Written By: Kali Martin Trichell
As you cross the Mississippi River Bridge and enter the State of Mississippi, you might notice a sign to your right—“You are now entering the State of Mississippi, the Birthplace of America’s Music.” While some native Mississippians may take pride in that characterization, the truth is that Mississippi is best known not for its music, but for its poverty. World Vision defines poverty as “a lack of access to basic needs such as food, clothing, and shelter.” These conditions affect access to medical care, employment, and quality education. According to World Population Review, Mississippi is the poorest state in America with an average poverty rate of 18.8%. When a state has a high rate of poverty, the overall result is that the state also faces a deficit in quality education, health, and life expectancy. Moreover, these factors may lead to several conclusions: “[T]he nation’s poorest states also tend to rank lowest in quality of life metrics and are often ranked the worst states to live in. To improve the outlook for their residents, these states require increased investment in education, measures to fight income inequality, and additional safety nets…”
So, how exactly is Mississippi improving living conditions for its residents? One such way is through the disbursement of funds under the Temporary Assistance for Needy Families (TANF) program. TANF is a federal grant program designed to provide necessary resources and aid to struggling families. The federal government gives the states funds, but the states are in charge of maintaining the TANF program. “These State TANF programs are designed to accomplish several goals, including: 1) to provide assistance to needy families so that children may be cared for in their own homes or in the homes of relatives; 2) to end the dependency of needy parents on government benefits by promoting job preparation, work, and marriage…” Further, the TANF program gives the states “broad flexibility” in distributing the funds. “The States, not the Federal government, decide on the design of the program, the type and amount of assistance payments, the range of other services to be provided, and the rules for determining who is eligible for benefits”
While it is no secret that Mississippi receives more federal funds than any other state, how its state agencies are using those funds to help impoverished Mississippi residents is the real secret. In 2020, this secret was exposed in the form of criminal indictments after the State Auditor’s Office conducted an annual, routine audit of the year 2019. The 2019 audit of the Mississippi Department of Human Services (MDHS) revealed that federal TANF funds were, to put it lightly, “misspent” to the tune of around $90 million.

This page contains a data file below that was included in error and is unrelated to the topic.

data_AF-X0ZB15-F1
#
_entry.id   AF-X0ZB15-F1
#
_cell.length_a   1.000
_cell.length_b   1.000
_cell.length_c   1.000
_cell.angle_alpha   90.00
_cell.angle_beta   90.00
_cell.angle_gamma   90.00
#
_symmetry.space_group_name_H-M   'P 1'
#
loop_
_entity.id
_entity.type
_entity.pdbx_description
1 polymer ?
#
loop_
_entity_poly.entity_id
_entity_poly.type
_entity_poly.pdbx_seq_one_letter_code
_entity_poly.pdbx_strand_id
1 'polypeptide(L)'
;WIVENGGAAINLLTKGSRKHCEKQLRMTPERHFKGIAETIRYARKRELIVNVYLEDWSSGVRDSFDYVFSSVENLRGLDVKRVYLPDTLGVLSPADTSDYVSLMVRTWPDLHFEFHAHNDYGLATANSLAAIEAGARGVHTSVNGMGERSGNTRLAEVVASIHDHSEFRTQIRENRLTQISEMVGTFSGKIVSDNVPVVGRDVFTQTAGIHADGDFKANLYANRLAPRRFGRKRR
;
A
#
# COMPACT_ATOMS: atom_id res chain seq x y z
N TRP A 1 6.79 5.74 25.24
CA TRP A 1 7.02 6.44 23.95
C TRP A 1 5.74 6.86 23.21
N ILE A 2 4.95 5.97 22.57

In April of 2020, the Mississippi State Auditor, released a whopping 104-page audit report of MDHS and its theft and misallocation of TANF funds. As a result, the following individuals were arrested for participating in the embezzlement scheme: John Davis, former head of MDHS; Brett DiBiase, former professional wrestler and close friend of Davis; Nancy New, owner and director of the Mississippi Community Education Center (MCED) and New Learning, Inc.; New’s son, Zach New, assistant director of MCEC; and Gregory Latimer Smith, former employee of MDHS.
Instead of using these funds to aid families and improve the state, these public-officials-turned-thieves (and soon-to-be jailbirds) used the TANF funds to buy vehicles, fund personal projects, pay Brett Favre (yes, the former NFL football player) millions of dollars for non-existent public appearances, provide friends/family members with “hundreds of thousands of TANF dollars” in salaries, and make other “payments to hundreds of individuals and organizations for purposes not allowed by the federal guidelines…” Former MDHS Director John Davis accomplished this, in part, by forging documents, approving contracts through “a limited or nonexistent process,” and engaging in fraudulent accounting practices. State Auditor Shad White dubbed this scheme “the largest public embezzlement case in state history… [and] [i]f there was a way to misspend money, it seems DHS leadership or their grantees thought of it and tried it.” Even so, this unprecedented case of corruption was all but swallowed up in the wake of the coronavirus pandemic and failed to receive the public scrutiny and outrage it deserved.
Never fear, however, because the State Auditor’s Office continues to conduct investigations and involve the FBI. Most importantly, MDHS itself filed a civil suit against multiple individuals and entities who participated in robbing the state “for their enrichment or for other private purposes incompatible with…the alleviation of poverty.” For example, MDHS is seeking $23.3 million from the former MDHS director, John Davis, and $19.4 million from Nancy New and her nonprofit. The attorney who drafted the civil complaint put it best: “I do not understand these people. What kind of person would decide that money the law required to be spent helping the poorest people in the poorest state would be better doled out by them to their own families, their own pet projects, and their own favorite celebrities?”
While the federal investigations are still underway, Mississippians continue to suffer from this fraudulent scheme. In fact, the massive scale of this embezzlement scheme drew perhaps too much federal attention, and it may result in sanctions placed on Mississippi, including TANF fund cuts. However, Mississippians can hope that the embarrassment from this scheme will ward off other would-be government crooks. In the words of State Auditor Shad White, “This audit should be a wake-up call to everyone in government…The old way of doing things, where you do whatever your boss or a person who controls a lot of money tells you to do, or you ignore the law around how to spend money because you think no one is looking—those days are over.”